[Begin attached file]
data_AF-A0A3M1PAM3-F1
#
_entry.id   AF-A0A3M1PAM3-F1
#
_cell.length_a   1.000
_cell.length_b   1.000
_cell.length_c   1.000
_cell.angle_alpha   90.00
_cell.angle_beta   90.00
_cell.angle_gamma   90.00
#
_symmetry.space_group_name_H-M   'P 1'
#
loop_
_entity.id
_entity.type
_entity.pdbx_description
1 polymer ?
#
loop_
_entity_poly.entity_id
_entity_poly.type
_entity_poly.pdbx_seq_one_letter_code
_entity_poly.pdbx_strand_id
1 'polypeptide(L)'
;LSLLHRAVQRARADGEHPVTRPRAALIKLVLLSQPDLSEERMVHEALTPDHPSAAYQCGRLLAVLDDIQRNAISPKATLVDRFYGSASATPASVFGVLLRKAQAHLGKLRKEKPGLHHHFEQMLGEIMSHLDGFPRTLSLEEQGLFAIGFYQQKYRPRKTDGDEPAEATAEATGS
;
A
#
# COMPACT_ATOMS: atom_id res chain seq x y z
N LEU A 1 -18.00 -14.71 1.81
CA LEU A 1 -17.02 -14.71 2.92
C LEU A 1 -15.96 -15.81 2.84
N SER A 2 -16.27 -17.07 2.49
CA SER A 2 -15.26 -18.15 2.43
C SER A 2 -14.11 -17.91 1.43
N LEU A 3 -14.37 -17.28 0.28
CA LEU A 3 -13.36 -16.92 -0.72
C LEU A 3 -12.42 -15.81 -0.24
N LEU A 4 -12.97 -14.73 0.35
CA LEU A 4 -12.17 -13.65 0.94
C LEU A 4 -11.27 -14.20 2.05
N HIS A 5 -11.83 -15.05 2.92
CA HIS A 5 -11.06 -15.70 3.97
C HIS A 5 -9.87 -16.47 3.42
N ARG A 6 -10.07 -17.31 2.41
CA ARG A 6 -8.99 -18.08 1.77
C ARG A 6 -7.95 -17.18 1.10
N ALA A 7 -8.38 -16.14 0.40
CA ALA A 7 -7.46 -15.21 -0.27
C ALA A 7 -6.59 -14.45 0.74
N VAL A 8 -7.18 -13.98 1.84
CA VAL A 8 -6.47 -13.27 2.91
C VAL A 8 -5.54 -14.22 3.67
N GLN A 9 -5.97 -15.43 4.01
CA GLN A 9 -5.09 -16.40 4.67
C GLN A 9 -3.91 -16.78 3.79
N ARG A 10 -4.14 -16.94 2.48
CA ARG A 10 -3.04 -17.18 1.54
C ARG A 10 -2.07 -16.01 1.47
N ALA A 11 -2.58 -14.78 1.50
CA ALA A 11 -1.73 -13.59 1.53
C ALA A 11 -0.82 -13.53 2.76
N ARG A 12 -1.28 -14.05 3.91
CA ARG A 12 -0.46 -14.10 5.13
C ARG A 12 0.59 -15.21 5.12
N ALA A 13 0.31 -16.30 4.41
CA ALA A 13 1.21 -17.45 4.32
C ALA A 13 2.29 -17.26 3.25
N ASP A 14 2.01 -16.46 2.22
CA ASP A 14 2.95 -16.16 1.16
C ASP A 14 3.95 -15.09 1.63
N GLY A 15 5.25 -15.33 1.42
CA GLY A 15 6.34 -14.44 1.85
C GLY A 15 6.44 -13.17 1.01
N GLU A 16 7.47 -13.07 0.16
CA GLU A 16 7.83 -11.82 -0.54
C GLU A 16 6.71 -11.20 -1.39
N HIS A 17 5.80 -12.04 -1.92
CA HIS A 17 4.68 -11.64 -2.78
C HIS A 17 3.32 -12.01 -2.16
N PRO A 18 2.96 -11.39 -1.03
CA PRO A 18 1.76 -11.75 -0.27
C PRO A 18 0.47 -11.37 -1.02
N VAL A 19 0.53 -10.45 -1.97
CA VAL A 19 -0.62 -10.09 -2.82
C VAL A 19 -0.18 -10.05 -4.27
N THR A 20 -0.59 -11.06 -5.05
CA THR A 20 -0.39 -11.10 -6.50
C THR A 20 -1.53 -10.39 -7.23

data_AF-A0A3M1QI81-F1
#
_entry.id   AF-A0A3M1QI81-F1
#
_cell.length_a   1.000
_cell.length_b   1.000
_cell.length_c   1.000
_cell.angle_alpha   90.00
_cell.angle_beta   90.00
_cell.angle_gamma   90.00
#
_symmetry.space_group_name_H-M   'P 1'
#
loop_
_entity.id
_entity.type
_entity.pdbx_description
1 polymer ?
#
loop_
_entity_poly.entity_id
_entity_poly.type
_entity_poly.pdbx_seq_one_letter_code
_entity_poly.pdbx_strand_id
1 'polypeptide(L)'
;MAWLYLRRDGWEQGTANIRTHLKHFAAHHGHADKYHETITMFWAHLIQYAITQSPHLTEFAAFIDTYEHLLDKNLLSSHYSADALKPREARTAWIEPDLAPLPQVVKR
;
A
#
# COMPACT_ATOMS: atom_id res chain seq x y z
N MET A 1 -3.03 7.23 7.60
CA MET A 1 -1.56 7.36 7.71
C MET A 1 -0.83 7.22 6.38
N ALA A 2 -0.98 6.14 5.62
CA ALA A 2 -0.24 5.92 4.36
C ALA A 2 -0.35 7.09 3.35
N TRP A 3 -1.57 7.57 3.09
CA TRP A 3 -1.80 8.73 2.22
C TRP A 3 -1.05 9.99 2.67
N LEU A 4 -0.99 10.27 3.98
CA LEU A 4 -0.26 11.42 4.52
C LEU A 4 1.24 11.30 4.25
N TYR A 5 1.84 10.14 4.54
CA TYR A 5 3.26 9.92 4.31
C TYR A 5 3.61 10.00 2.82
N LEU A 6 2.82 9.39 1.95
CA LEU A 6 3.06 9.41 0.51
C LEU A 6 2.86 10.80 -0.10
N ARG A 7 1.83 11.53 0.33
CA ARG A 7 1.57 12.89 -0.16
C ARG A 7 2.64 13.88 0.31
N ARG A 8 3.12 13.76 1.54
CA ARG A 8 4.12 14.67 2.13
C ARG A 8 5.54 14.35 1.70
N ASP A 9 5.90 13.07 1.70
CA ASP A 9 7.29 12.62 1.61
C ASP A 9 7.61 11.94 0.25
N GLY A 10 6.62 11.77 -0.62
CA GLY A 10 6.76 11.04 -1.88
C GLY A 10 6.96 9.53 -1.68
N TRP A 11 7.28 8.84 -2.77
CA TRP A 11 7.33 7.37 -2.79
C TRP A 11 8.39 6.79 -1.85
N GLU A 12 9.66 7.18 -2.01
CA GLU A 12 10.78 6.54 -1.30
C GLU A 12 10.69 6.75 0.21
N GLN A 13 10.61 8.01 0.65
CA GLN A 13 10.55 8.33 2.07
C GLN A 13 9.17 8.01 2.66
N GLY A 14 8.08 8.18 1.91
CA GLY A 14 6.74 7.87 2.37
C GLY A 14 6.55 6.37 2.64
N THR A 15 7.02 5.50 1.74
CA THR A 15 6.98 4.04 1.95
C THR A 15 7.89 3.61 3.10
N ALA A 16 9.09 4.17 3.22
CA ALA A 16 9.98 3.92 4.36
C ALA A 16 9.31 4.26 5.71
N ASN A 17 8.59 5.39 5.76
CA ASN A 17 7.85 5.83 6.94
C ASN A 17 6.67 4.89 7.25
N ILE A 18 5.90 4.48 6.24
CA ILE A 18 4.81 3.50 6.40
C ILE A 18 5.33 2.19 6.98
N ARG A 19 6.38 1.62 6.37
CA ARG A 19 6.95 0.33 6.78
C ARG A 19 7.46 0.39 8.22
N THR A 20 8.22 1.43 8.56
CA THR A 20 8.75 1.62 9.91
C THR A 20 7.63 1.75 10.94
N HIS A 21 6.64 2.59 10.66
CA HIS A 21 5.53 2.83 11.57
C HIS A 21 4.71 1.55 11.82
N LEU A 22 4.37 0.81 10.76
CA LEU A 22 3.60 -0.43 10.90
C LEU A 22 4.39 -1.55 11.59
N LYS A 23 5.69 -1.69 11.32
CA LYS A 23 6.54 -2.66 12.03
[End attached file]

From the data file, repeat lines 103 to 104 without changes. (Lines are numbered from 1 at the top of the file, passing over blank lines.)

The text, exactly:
#
loop_